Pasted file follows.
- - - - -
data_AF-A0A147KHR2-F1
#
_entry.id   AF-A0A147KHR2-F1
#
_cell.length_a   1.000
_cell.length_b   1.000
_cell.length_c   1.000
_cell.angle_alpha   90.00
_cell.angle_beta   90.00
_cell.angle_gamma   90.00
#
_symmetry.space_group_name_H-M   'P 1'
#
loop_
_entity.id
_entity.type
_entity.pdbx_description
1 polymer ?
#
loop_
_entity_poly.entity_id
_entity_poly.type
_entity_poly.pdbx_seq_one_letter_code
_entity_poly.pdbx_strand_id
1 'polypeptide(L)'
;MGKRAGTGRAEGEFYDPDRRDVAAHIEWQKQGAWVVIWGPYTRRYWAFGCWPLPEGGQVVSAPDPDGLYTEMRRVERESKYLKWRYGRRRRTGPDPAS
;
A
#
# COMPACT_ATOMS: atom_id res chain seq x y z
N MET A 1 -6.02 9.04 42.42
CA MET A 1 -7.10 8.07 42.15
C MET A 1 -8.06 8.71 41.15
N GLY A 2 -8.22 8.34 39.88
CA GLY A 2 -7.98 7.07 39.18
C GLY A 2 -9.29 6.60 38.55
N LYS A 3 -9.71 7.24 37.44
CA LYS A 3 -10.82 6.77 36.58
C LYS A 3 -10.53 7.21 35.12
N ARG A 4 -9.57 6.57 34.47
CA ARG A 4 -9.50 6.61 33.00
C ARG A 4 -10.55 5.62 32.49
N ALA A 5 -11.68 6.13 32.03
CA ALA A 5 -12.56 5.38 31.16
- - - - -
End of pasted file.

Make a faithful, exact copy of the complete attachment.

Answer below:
data_AF-A0A147KHR2-F1
#
_entry.id   AF-A0A147KHR2-F1
#
_cell.length_a   1.000
_cell.length_b   1.000
_cell.length_c   1.000
_cell.angle_alpha   90.00
_cell.angle_beta   90.00
_cell.angle_gamma   90.00
#
_symmetry.space_group_name_H-M   'P 1'
#
loop_
_entity.id
_entity.type
_entity.pdbx_description
1 polymer ?
#
loop_
_entity_poly.entity_id
_entity_poly.type
_entity_poly.pdbx_seq_one_letter_code
_entity_poly.pdbx_strand_id
1 'polypeptide(L)'
;MGKRAGTGRAEGEFYDPDRRDVAAHIEWQKQGAWVVIWGPYTRRYWAFGCWPLPEGGQVVSAPDPDGLYTEMRRVERESKYLKWRYGRRRRTGPDPAS
;
A
#
# COMPACT_ATOMS: atom_id res chain seq x y z
N MET A 1 -6.02 9.04 42.42
CA MET A 1 -7.10 8.07 42.15
C MET A 1 -8.06 8.71 41.15
N GLY A 2 -8.22 8.34 39.88
CA GLY A 2 -7.98 7.07 39.18
C GLY A 2 -9.29 6.60 38.55
N LYS A 3 -9.71 7.24 37.44
CA LYS A 3 -10.82 6.77 36.58
C LYS A 3 -10.53 7.21 35.12
N ARG A 4 -9.57 6.57 34.47
CA ARG A 4 -9.50 6.61 33.00
C ARG A 4 -10.55 5.62 32.49
N ALA A 5 -11.68 6.13 32.03
CA ALA A 5 -12.56 5.38 31.16